Gary Gygax was the man who more than any others inspired me to read history, mythology, folklore, anthropology (the traditional stuff, not the new anthropology that encourages partition into identity groups and tribes), to write imaginative and analytical pieces daily, to empathize and identify with others of all types, to analyze things for myself to determine how the world really worked, and eventually to remake my life and become the man I've since become.
I started with the three little tan books in the white box and quickly went on to AD&D and its Monster Manual, Player's Handbook, and Dungeon Master's Guide. I played D&D with friends for years, then in college at Swarthmore went on to a huge assortment of other tabletop roleplaying games, though Runequest (often called Rulequest in honor of its detailed rules) was the one that captured my interest the most for its wonderful world of Glorantha. But that is another story.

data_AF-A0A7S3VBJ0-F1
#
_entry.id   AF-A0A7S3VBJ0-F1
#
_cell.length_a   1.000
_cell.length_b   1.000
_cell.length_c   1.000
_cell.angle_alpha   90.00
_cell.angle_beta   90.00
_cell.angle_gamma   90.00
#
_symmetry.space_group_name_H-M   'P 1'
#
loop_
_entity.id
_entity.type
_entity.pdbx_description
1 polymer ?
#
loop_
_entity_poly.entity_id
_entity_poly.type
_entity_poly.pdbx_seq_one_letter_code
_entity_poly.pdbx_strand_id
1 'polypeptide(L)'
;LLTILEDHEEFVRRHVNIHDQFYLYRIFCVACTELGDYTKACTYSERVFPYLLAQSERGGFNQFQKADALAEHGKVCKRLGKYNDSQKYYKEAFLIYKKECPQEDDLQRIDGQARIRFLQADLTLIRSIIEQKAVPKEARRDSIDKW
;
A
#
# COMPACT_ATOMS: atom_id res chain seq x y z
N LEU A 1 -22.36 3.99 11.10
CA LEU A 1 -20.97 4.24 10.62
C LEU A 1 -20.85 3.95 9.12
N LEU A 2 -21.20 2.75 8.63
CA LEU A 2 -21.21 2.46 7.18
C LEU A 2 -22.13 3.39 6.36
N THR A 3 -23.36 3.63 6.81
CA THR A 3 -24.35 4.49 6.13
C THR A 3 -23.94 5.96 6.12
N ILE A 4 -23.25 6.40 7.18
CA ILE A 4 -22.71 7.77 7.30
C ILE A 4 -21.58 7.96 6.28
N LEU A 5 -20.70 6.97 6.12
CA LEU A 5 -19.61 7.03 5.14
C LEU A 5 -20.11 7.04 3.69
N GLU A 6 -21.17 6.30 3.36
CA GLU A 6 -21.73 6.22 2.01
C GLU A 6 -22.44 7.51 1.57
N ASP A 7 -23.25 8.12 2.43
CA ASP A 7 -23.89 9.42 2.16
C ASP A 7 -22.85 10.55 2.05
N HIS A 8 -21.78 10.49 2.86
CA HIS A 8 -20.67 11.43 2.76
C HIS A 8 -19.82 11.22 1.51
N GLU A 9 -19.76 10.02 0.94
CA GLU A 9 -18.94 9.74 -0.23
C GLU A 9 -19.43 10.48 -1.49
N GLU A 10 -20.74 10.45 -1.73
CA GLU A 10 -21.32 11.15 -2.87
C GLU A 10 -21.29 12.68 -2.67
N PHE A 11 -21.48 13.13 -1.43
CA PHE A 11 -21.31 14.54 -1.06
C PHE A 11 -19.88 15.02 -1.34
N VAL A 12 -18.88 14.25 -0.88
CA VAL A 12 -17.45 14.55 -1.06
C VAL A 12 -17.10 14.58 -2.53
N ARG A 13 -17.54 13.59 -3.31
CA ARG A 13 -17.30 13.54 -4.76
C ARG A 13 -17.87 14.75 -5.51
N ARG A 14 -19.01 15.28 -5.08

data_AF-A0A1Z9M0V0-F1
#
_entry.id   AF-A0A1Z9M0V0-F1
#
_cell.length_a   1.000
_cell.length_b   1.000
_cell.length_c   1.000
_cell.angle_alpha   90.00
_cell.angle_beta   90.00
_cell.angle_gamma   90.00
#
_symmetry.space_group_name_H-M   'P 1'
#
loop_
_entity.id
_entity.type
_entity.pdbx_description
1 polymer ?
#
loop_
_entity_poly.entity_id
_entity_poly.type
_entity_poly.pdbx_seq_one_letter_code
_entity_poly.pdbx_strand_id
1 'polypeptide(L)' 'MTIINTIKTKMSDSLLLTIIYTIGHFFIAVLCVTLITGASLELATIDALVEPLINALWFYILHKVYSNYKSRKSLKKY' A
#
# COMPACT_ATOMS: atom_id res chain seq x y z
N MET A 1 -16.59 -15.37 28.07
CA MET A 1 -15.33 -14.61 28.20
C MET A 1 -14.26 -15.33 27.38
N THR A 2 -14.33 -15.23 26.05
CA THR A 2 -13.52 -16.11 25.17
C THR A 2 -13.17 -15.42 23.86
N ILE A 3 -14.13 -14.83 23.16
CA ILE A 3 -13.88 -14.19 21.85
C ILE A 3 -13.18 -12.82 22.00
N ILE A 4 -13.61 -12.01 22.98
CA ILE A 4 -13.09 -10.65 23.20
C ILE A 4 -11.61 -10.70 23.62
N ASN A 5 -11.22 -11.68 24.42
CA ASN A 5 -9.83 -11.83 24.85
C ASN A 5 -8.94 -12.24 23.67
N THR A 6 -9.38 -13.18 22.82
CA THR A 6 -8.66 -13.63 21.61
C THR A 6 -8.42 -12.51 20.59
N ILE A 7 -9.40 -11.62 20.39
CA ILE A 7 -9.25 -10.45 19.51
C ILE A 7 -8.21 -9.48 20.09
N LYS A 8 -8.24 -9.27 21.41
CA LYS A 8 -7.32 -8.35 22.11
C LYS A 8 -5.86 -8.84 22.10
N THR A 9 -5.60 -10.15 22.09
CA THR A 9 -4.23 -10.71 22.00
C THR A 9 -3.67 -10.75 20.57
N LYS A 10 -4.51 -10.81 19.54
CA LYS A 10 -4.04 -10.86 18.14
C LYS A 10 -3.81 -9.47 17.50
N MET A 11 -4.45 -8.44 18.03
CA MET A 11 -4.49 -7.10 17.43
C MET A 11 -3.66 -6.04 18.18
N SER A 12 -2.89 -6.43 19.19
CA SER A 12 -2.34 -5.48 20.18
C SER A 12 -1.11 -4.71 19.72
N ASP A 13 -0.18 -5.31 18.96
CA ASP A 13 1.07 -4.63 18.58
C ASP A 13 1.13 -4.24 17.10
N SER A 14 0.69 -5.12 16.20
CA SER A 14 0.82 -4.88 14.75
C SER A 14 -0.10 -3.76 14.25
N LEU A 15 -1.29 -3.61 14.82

In this article, Paul La Farge captures some of the magic in Dungeons and Dragons. For those who have never played tabletop roleplaying games, they are utterly different from computer roleplaying games. The most obvious difference is that they involve actual face-to-face interaction with other living, breathing people. The second difference, which La Farge mentions, is that the way to "win" was to cooperate, not compete.
God bless you, Gary Gygax, the original Dungeon Master. You and your work were an inspiration to many.
Trackposted to Rosemary's Thoughts, third world county, DragonLady's World, The World According to Carl, Shadowscope, Pirate's Cove, The Pink Flamingo, Big Dog's Weblog, Cao's Blog, A Newt One, Right Voices, Pursuing Holiness, and The Yankee Sailor, thanks to Linkfest Haven Deluxe.